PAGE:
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Tales from the Trenches – S01E01

The Value of Checking Your Work

Cast your mind back to your school days. Do you remember being told to check your work? I do and the story I’ll share with you here is a great illustration of the value of checking your work or alternatively, having your work checked. We’re humans and not infallible. Mistakes will be made. The important thing is to learn from the mistakes and not repeat them.

For many years I was a security instructor. I would typically fly to an island and teach class for a week and then fly home. Sounds glamorous right? It was rewarding and the personal and professional connections I made are still with me to this day. It was also quite tiring and the funny stories of traveling and working while exhausted will have to wait for another time. Anyway, the classes were run on labs using local virtual systems running on student supplied hardware. Many times, I taught using course ware and labs of my own design but often I needed to use the official curriculum. In order provide a relevant context to the lessons, I encouraged students to follow along using their own systems. I would also provide a complimentary health-check of their environments. That is, I would take a quick look at their security management dashboards and reports and see if I could identify any issues or make recommendations for improvement.

This story takes place during one of these classes, when a student, let’s call him S, asked me for a health check. For reference this class covered the installation and use of the central management and endpoint security applications. S shows me his management console and the first thing I notice is there are zero threat events. Not a low number of events but none! For 200+ systems, even a perfectly tuned environment is going to show something, unless they’re discarding data. S proudly says to me that they don’t have any security issues or events, just look at the dashboards! I challenge him on this asking if he allows direct Internet access, email, email attachments, and removable device usage in the organization. He does so I challenge him that there just has to be something happening. I even went so far as to say that I would give him $100 out of my own pocket if the information was truly accurate!

I roll up my proverbial sleeves and dive in. The first thing I noticed was that the Windows system on which the central management server was installed did not have any endpoint security software installed. He questioned why that mattered. The management software was just for management and the system still needed the security software. So I manually installed the endpoint security software as per their standards when we notice some stability and performance issues. We, of course, had backups of their policies and other key files. A bit of digging revealed that they were using an old build of the endpoint security software. By old, I mean a version that released well before the version of Windows server in use. We applied the necessary patch and rebooted the system. I pointed out that they needed to keep their security software up to date along with everything else in the organization.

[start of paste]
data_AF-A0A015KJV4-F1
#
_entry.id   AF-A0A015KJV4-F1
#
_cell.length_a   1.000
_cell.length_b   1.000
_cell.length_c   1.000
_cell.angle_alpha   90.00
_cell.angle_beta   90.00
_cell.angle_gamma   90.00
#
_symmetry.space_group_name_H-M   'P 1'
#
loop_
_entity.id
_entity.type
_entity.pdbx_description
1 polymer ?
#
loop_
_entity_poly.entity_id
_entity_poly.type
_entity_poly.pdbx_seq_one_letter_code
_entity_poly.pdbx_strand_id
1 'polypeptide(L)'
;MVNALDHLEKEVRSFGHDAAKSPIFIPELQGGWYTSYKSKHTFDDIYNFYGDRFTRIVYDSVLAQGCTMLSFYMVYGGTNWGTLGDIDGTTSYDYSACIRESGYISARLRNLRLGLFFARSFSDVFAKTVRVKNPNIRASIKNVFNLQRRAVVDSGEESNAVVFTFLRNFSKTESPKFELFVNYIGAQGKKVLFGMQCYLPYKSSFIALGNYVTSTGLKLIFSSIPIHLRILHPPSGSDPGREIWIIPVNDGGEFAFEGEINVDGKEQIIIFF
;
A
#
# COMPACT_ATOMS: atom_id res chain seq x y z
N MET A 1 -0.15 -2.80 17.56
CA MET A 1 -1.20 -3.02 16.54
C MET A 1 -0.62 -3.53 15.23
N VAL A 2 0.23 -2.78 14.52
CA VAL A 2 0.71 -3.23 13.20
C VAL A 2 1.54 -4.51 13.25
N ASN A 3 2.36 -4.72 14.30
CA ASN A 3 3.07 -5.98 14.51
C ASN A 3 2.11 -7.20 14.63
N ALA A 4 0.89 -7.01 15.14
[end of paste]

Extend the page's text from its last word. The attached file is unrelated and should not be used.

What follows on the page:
Guess what the dashboards looked like after the reboot? If you guessed that it lit up like a Christmas tree, you would be right! It turns out that the management software had lost connectivity with the SQL database over three months earlier. Rebooting the server enabled the re-connection and all endpoints began reporting their events. Thankfully, the deployed endpoint security software was resilient enough to detect and mitigate the various threats as well as update signature files in the absence of a functional central management system. You’re probably wondering what kinds of threats they were seeing. There was plenty of spyware and adware as well as removable media-based Trojans. After the understandable surprise, we worked together to ensure that they were deploying the latest appropriate version of the endpoint security software and demonstrated how to test the systems to prove that the systems were operational.

Lessons learned:

  • Check your own work. If you manage to reach a point with policy tuning where things are very quiet, run some test files or activities through your systems. Ensure that you receive the alerts and that the events show up in your scheduled reports. You are scheduling reports, aren’t you?
  • Have your worked checked by someone knowledgeable in the technology in question, not just an auditor who asks you to show your work.
  • Your security tools need to be updated just like your operating systems and business applications.
  • Don’t be afraid to ask for help. No one has dealt with everything or seen every possible situation. Develop a peer group and collaborate. As a group, you’ll be better off than trying to go it alone.
by Guest Blogger Sean Slattery

About the Author:

Sean Slattery is founder and CTO of Caribbean Solutions Lab, a boutique cybersecurity firm and longtime partner of Digital Era Group. A 25 year veteran of the IT industry and former security instructor, Sean oversees their managed cybersecurity services.

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Guest Blogger, Sean Slattery

Sean Slattery is founder and CTO of Caribbean Solutions Lab, a boutique cybersecurity firm and longtime partner of Digital Era Group. A 25 year veteran of the IT industry and former security instructor, Sean oversees their managed cybersecurity services.

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